Tatiana Ryckman

was born in Cleveland, Ohio. She is the author of the chapbook, Twenty-Something, and Assistant Editor at sunnyoutside press.

Writing by Tatiana Ryckman.


I Don't Think of you
(Until I DO)
Out from
Future Tense Books

Exposing the awkward, disorienting state of passion, I Don’t Think of You (Until I Do) chronicles the struggles of a long-distance relationship from summer to summer. At times funny, this sexy, charged, and deeply-felt novella captures what loving from a distance can bring upon us all.


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Reviews, Lists, and Excerpts

With the publication of “I Don’t Think of You (Until I Do)” Tatiana Ryckman has refused to join the long list of young writers afraid of saying something real, afraid of feeling something so deeply they might appear foolish. Instead she has joined the likes of Clarice Lispector, Claudia Rankine, and John Berger. Ryckman has written a book you will return to over and over, you will feel crushed by and then celebrated through, she has written a book we all should give (wrapped in fire) to our one true love.
— Matthew Dickman, author of All-American Poem
Reading Tatiana Ryckman’s intense I Don’t Think of You (Until I Do) was a dangerous read for a recovered romantic obsessive like me. I found myself stepping dangerously into territory from which I had believed myself weaned: unrequitedness, yearning, and the sweet hurt that accompanies the two. I was seduced back into those feelings – that familiar romantic world – by Tatiana’s poetic words of want.
— Elizabeth Ellen, author of Person/a: a novel
In I Don’t Think of You (Until I Do), Tatiana Ryckman pulls from a dense palate of recollection, theory, observation and complicated emotion to create a new lover’s discourse as the narrator tries to work out what happened to a romance undone by distance and time and resentment. In the manner of Maggie Nelson’s Bluets, or Lydia Davis’s The End of the Story, Ryckman works through grief, the abstraction of the amorous object, the truth that one breakup maybe be as unremarkable as the next; I Don’t Think of You (Until I Do) is relatable to anyone that’s ever felt like shit because of another person.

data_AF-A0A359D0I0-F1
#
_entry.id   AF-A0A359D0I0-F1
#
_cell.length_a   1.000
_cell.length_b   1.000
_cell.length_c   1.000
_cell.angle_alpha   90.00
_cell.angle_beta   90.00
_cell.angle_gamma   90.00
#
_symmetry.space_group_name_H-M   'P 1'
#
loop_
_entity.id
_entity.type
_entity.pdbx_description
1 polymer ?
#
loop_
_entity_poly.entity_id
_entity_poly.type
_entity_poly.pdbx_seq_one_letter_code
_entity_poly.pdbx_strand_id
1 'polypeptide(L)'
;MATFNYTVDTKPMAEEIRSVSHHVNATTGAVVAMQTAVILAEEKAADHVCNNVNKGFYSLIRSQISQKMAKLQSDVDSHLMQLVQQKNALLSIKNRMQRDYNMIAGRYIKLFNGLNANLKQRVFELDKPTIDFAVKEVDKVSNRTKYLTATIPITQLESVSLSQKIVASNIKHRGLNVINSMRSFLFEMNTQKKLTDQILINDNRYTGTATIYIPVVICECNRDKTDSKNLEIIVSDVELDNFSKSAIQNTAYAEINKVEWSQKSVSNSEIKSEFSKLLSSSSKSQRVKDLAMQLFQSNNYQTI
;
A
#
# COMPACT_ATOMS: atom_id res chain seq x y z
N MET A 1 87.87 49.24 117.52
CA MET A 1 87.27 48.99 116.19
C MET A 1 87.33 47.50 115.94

— Ben Fama, author of Fantasy
A voyage into the timeless whorl of when you are obsessed with someone far away. A romantic wound that keeps reinventing itself. When you can’t look away from the car wreck of your own desire as you’re passing it by.
— Mark Leidner, author of Under the Sea
The isolation of each individual entry underscores this haunting story from beginning to end.
— Publishers Weekly
Keenly felt and fiercely written. Tatiana Ryckman is a revelation.
— Jennifer DuBois, author of Cartwheel
With I Don’t Think of You (Until I Do), Tatiana Ryckman has written a wonder; a remarkably accomplished work of such keen observation and emotional complexity as to rival those texts—Maggie Nelson’s Bluets and Chloe Caldwell’s Women come to mind—with which it shares some literary DNA. Ryckman is a ruthless investigator of reckless desire. I Don’t Think of You (Until I Do) asks—newly, stunningly, with precise prose chiseled from stone—what it is we’re meant to do when the source of our appetite is beyond the realm of our own cognition, and following this narrator in pursuit of the unanswerable is a reading experience as gutting as it is thrilling. One finishes this book with the simple thought: Now here is a person. Further, I Don’t Think of You (Until I Do) announces that here is a writer—one not to watch, but to read.
— Vincent Scarpa, Kirkus Reviews
An elegiac and dirty and horribly beautiful examination of love and the lack of it; Ryckman has written the anti-love story within all of us. A book so earnest and sharp in its examination of heartbreak, it will make you ache for all the people you haven’t even loved yet.
I Don’t Think of You (Until I Do) makes me believe the longing and devastation of a love unfulfilled is greater than the love itself. This book feels necessary as hell, and lets me believe in art over the thing it represents. Tatiana’s prose is so masterful, its tenderness and seizure is something I never want to be released from. I adore this book.
— Jon-Michael Frank, author of How's Everything Going Not Good

2016 Tatiana Ryckman